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... focus would be on stopping the shaming bullies from making life so miserable for a person who is caught victim of a youthful indiscretion with their naked body.  Everyone has done foolish things.  Everyone would like to take back some risque life-choices. BUT, the real villain here is our society for slut shaming people (generally its girls, and we should be honest about that) into suicide...

Ah, the usual leftist BS of blaming everybody else (especially society) but yourself for your own mistakes!

If society is to blame for anything, it would be for rewarding getting obscenely rich at any expense, even if that includes promoting sexting and child pornography (which is the true intention of the Snapchat). They guy (who invented it) was just offered $3 Bln to sell it

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Eric Myrvaagnes
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« Reply #8 on: November 23, 2013, 07:32:37 PM »
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Where can I enroll into Swapwife? Wink
Have you read the fine print, Slobodan? I think Swapwife gives you back your original one "after a few seconds."
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Robert Roaldi
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« Reply #9 on: November 23, 2013, 08:00:11 PM »
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Ah, the usual leftist BS of blaming everybody else (especially society) but yourself for your own mistakes!

I assumed the bullies were to blame.
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« Reply #10 on: November 23, 2013, 08:44:10 PM »
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Ah, the usual leftist BS of blaming everybody else (especially society) but yourself for your own mistakes!
Ah, the usual BS that a victim's mistakes or childish folly removes blame from anyone who exploits it.
Yet I never hear this "not guilty because the victim made a mistake" plea with common property crime; no pick-pocket gets this defense just because the victim was dumb-stupid enough to put a fat wallet in a back pocket; no burglar gets acquitted because the window entered through was accidentally left unlatched.

Even people less perfect, wise and competent than you deserve some protection, Slobodan!
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Slobodan Blagojevic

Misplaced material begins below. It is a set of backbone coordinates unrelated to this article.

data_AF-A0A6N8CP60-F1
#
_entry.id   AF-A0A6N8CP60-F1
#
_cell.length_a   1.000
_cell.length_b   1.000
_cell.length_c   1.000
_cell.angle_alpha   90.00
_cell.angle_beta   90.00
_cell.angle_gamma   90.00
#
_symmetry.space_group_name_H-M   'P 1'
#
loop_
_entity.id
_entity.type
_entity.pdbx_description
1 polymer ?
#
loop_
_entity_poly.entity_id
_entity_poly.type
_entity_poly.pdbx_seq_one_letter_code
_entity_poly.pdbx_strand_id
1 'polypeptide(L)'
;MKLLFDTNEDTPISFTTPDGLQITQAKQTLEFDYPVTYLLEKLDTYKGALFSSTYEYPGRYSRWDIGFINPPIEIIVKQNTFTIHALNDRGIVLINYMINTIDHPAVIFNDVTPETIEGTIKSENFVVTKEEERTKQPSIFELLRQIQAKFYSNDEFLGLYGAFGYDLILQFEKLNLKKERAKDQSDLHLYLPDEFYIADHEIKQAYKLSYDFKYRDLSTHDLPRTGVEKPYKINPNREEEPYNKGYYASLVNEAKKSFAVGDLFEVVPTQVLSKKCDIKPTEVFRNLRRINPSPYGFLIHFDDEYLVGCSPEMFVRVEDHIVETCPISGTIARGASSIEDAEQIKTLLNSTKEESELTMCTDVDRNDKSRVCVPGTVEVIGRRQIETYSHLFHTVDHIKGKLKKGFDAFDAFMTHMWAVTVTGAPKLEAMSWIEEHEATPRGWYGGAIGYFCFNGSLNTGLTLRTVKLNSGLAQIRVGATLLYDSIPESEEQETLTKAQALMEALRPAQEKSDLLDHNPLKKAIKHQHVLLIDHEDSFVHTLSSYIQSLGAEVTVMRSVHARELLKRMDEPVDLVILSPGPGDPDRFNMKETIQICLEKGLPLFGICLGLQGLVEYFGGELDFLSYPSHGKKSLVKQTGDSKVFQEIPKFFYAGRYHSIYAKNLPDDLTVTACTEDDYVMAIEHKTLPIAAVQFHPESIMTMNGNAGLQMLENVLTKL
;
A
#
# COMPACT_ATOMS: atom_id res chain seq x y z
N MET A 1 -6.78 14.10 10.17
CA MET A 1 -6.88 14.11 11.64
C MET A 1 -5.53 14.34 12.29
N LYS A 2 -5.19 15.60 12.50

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« Reply #11 on: November 23, 2013, 11:18:29 PM »
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Are you really comparing sending naked pictures of yourself around with keeping your wallet in the back pocket or leaving your window open!? What kind of argument is that?
« Last Edit: November 24, 2013, 10:52:49 AM by Slobodan Blagojevic » Logged

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Jim Pascoe
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« Reply #12 on: November 24, 2013, 01:08:35 AM »
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Although I've not used Snapchat, I think the idea is actually rather good. Pictures and video are just a means of communication and like all other means of communication such as speech, vision, touch, newspapers etc, there is no reason why they have to be physically stored for posterity.  Some of the best things in life are best just left to the memory.  Snapchat gives one the opportunity to share a moment with somebody else knowing that it is not going to be stored and analysed for evermore. 

Life itself is ephemeral - and probably most of the pictures and video shot now has no place being stored anywhere except in our memories where it can be selectively edited, tinted and enjoyed!

Jim
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fike
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« Reply #13 on: November 25, 2013, 09:19:58 AM »
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Why else did you imagine there was a market for film cameras?

And when there's no more film, that market will grow even further.

;-)

Rob C